PHOENIX - A pair of cactus poachers who had been clearing out the thorny plants in the Lake Mead National Recreation Area for years are now paying the price.
One of the two, identified as Jerrid William Maloy of Arizona, as pleaded guilty to being involved in a black market scheme that involves stealing and selling pieces of the desert’s beauty.
"They were probably going for mature cactus, and in the desert, they take a long time to mature because there’s not a lot of rain, so they were going for the prize winners," said Irwin Lightstone, who serves as a board member of the Cactus and Succulent Society of America.
According to court documents, Maloy, along with another person named William Starr Schwartz, sold the stolen cacti online to buyers in more than 20 different countries. The pair admitted to trafficking four different types of cactus that are protected by international treaty. The illegal operation lasted over four years. Federal agents seized meth and cactus during the investigation.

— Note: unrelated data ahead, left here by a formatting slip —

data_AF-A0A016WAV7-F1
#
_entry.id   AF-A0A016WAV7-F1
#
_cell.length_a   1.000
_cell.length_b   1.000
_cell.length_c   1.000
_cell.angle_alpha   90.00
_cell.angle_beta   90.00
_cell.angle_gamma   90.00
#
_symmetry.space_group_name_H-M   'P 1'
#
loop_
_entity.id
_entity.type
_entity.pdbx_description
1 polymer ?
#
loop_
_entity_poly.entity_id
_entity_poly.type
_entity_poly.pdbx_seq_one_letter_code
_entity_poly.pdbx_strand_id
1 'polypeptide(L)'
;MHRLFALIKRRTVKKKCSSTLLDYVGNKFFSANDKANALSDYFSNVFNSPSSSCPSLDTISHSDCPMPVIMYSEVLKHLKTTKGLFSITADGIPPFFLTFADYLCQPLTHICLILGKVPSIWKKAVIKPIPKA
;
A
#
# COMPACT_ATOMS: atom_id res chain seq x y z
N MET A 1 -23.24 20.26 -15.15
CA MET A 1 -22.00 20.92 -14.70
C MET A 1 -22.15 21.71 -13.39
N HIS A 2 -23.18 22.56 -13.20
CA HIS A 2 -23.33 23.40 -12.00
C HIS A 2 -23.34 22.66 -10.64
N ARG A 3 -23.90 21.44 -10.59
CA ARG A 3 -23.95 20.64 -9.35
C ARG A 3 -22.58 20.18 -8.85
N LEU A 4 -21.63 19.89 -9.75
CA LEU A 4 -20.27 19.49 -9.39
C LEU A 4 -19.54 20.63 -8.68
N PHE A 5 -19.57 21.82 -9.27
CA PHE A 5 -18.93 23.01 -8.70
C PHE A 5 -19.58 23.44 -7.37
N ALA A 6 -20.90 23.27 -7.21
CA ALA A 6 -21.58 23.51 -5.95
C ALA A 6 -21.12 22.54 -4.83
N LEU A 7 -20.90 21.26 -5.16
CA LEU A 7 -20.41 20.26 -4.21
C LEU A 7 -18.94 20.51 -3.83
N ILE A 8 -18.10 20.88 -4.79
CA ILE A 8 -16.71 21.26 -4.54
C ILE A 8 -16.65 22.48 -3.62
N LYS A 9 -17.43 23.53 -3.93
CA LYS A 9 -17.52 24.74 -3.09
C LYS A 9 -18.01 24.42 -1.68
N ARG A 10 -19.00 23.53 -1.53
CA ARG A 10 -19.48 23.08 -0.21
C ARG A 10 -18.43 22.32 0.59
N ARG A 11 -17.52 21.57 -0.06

Maloy has pleaded guilty to helping dig up hundreds of cacti from Lake Mead, and trade them for drugs. He agreed to three years of probation, and paying nearly $5,000 in fines. Maloy's trafficking partner was sentenced to 24 months in prison, and ordered to pay more than $22,000 in restitution to the U.S. Fish and Wildlife Service.
Currently, there is a growing market for succulents, with people around the world looking to buy what people sometimes take for granted in Arizona: cactus. Members of the Cactus and Succulent Society of America often help law enforcement weed out traffickers.
"A number of us can go on the internet and see which plants are dug up from habitat," said Lightstone.
A large cluster of mature hedgehog cactus, or a large barrel cactus, could sell for hundreds of dollars each online.
"If you see a shot where they're selling plants with bare roots, no nursery is going to grow the plant and pull it out of the dirt and take pictures of it. Those are plants stolen from nature," said Lightstone.
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